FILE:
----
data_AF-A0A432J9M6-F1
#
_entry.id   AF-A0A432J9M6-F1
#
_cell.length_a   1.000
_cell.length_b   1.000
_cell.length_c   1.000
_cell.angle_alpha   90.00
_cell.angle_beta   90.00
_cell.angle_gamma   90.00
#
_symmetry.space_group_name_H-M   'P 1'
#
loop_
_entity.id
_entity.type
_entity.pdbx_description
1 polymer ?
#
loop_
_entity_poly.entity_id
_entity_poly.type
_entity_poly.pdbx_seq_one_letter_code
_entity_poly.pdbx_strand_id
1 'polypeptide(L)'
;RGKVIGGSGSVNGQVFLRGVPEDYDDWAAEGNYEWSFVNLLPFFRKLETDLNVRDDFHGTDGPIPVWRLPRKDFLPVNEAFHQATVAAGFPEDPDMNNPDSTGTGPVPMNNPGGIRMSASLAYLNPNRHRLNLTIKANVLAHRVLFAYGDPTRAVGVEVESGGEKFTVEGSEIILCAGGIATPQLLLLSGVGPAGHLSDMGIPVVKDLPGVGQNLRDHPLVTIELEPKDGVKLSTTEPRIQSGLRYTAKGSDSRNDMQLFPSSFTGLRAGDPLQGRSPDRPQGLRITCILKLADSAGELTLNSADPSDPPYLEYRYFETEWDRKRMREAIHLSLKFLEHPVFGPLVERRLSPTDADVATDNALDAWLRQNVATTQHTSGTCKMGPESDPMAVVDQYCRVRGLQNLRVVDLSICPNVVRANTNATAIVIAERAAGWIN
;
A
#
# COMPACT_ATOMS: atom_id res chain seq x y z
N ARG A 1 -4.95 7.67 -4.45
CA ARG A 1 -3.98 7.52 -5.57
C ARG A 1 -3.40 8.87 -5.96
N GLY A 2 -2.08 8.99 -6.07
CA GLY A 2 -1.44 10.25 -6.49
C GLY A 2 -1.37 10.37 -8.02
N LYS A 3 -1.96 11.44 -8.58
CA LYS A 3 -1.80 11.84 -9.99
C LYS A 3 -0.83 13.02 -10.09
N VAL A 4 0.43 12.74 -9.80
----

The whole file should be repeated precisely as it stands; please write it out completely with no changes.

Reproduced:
data_AF-A0A432J9M6-F1
#
_entry.id   AF-A0A432J9M6-F1
#
_cell.length_a   1.000
_cell.length_b   1.000
_cell.length_c   1.000
_cell.angle_alpha   90.00
_cell.angle_beta   90.00
_cell.angle_gamma   90.00
#
_symmetry.space_group_name_H-M   'P 1'
#
loop_
_entity.id
_entity.type
_entity.pdbx_description
1 polymer ?
#
loop_
_entity_poly.entity_id
_entity_poly.type
_entity_poly.pdbx_seq_one_letter_code
_entity_poly.pdbx_strand_id
1 'polypeptide(L)'
;RGKVIGGSGSVNGQVFLRGVPEDYDDWAAEGNYEWSFVNLLPFFRKLETDLNVRDDFHGTDGPIPVWRLPRKDFLPVNEAFHQATVAAGFPEDPDMNNPDSTGTGPVPMNNPGGIRMSASLAYLNPNRHRLNLTIKANVLAHRVLFAYGDPTRAVGVEVESGGEKFTVEGSEIILCAGGIATPQLLLLSGVGPAGHLSDMGIPVVKDLPGVGQNLRDHPLVTIELEPKDGVKLSTTEPRIQSGLRYTAKGSDSRNDMQLFPSSFTGLRAGDPLQGRSPDRPQGLRITCILKLADSAGELTLNSADPSDPPYLEYRYFETEWDRKRMREAIHLSLKFLEHPVFGPLVERRLSPTDADVATDNALDAWLRQNVATTQHTSGTCKMGPESDPMAVVDQYCRVRGLQNLRVVDLSICPNVVRANTNATAIVIAERAAGWIN
;
A
#
# COMPACT_ATOMS: atom_id res chain seq x y z
N ARG A 1 -4.95 7.67 -4.45
CA ARG A 1 -3.98 7.52 -5.57
C ARG A 1 -3.40 8.87 -5.96
N GLY A 2 -2.08 8.99 -6.07
CA GLY A 2 -1.44 10.25 -6.49
C GLY A 2 -1.37 10.37 -8.02
N LYS A 3 -1.96 11.44 -8.58
CA LYS A 3 -1.80 11.84 -9.99
C LYS A 3 -0.83 13.02 -10.09
N VAL A 4 0.43 12.74 -9.80